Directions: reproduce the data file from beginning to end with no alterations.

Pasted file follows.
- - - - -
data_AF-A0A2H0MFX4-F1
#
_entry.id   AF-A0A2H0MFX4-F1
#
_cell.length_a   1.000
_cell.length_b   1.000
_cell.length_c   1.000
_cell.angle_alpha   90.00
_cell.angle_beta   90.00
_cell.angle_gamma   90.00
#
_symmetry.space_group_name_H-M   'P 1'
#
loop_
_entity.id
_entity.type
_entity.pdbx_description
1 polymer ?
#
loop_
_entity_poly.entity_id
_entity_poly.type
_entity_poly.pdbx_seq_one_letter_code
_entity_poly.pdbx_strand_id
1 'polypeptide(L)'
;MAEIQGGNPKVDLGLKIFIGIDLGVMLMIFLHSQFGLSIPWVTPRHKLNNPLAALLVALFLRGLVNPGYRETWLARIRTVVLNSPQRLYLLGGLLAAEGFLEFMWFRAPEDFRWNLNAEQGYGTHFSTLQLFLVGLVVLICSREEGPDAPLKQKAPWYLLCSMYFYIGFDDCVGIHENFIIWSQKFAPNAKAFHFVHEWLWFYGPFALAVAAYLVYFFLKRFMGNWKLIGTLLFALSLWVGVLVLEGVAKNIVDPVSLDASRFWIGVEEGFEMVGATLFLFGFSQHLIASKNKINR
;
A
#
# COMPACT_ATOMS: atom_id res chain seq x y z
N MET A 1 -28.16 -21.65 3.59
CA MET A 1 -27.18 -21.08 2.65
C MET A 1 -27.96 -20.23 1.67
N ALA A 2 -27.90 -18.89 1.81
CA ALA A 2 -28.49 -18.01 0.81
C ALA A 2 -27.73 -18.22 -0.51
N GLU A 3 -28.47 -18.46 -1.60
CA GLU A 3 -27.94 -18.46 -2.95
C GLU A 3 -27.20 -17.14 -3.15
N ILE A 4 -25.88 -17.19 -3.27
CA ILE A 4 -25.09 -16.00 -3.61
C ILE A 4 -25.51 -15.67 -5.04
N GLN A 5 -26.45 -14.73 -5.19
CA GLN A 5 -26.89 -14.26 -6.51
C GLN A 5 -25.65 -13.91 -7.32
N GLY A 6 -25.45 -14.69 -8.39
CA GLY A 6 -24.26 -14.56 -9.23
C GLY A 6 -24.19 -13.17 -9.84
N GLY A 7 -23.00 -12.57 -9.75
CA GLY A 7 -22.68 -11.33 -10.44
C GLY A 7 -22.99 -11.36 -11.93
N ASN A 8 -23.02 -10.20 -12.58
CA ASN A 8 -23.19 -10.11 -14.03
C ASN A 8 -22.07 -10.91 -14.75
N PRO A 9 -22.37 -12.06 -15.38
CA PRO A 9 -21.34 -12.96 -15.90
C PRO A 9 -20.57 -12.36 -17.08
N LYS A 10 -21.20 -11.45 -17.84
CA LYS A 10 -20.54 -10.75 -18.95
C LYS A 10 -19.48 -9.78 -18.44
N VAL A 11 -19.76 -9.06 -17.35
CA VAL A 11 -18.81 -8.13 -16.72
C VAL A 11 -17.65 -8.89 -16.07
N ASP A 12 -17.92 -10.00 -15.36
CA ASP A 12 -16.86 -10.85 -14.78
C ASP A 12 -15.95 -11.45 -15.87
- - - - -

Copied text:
data_AF-A0A2H0MFX4-F1
#
_entry.id   AF-A0A2H0MFX4-F1
#
_cell.length_a   1.000
_cell.length_b   1.000
_cell.length_c   1.000
_cell.angle_alpha   90.00
_cell.angle_beta   90.00
_cell.angle_gamma   90.00
#
_symmetry.space_group_name_H-M   'P 1'
#
loop_
_entity.id
_entity.type
_entity.pdbx_description
1 polymer ?
#
loop_
_entity_poly.entity_id
_entity_poly.type
_entity_poly.pdbx_seq_one_letter_code
_entity_poly.pdbx_strand_id
1 'polypeptide(L)'
;MAEIQGGNPKVDLGLKIFIGIDLGVMLMIFLHSQFGLSIPWVTPRHKLNNPLAALLVALFLRGLVNPGYRETWLARIRTVVLNSPQRLYLLGGLLAAEGFLEFMWFRAPEDFRWNLNAEQGYGTHFSTLQLFLVGLVVLICSREEGPDAPLKQKAPWYLLCSMYFYIGFDDCVGIHENFIIWSQKFAPNAKAFHFVHEWLWFYGPFALAVAAYLVYFFLKRFMGNWKLIGTLLFALSLWVGVLVLEGVAKNIVDPVSLDASRFWIGVEEGFEMVGATLFLFGFSQHLIASKNKINR
;
A
#
# COMPACT_ATOMS: atom_id res chain seq x y z
N MET A 1 -28.16 -21.65 3.59
CA MET A 1 -27.18 -21.08 2.65
C MET A 1 -27.96 -20.23 1.67
N ALA A 2 -27.90 -18.89 1.81
CA ALA A 2 -28.49 -18.01 0.81
C ALA A 2 -27.73 -18.22 -0.51
N GLU A 3 -28.47 -18.46 -1.60
CA GLU A 3 -27.94 -18.46 -2.95
C GLU A 3 -27.20 -17.14 -3.15
N ILE A 4 -25.88 -17.19 -3.27
CA ILE A 4 -25.09 -16.00 -3.61
C ILE A 4 -25.51 -15.67 -5.04
N GLN A 5 -26.45 -14.73 -5.19
CA GLN A 5 -26.89 -14.26 -6.51
C GLN A 5 -25.65 -13.91 -7.32
N GLY A 6 -25.45 -14.69 -8.39
CA GLY A 6 -24.26 -14.56 -9.23
C GLY A 6 -24.19 -13.17 -9.84
N GLY A 7 -23.00 -12.57 -9.75
CA GLY A 7 -22.68 -11.33 -10.44
C GLY A 7 -22.99 -11.36 -11.93
N ASN A 8 -23.02 -10.20 -12.58
CA ASN A 8 -23.19 -10.11 -14.03
C ASN A 8 -22.07 -10.91 -14.75
N PRO A 9 -22.37 -12.06 -15.38
CA PRO A 9 -21.34 -12.96 -15.90
C PRO A 9 -20.57 -12.36 -17.08
N LYS A 10 -21.20 -11.45 -17.84
CA LYS A 10 -20.54 -10.75 -18.95
C LYS A 10 -19.48 -9.78 -18.44
N VAL A 11 -19.76 -9.06 -17.35
CA VAL A 11 -18.81 -8.13 -16.72
C VAL A 11 -17.65 -8.89 -16.07
N ASP A 12 -17.92 -10.00 -15.36
CA ASP A 12 -16.86 -10.85 -14.78
C ASP A 12 -15.95 -11.45 -15.87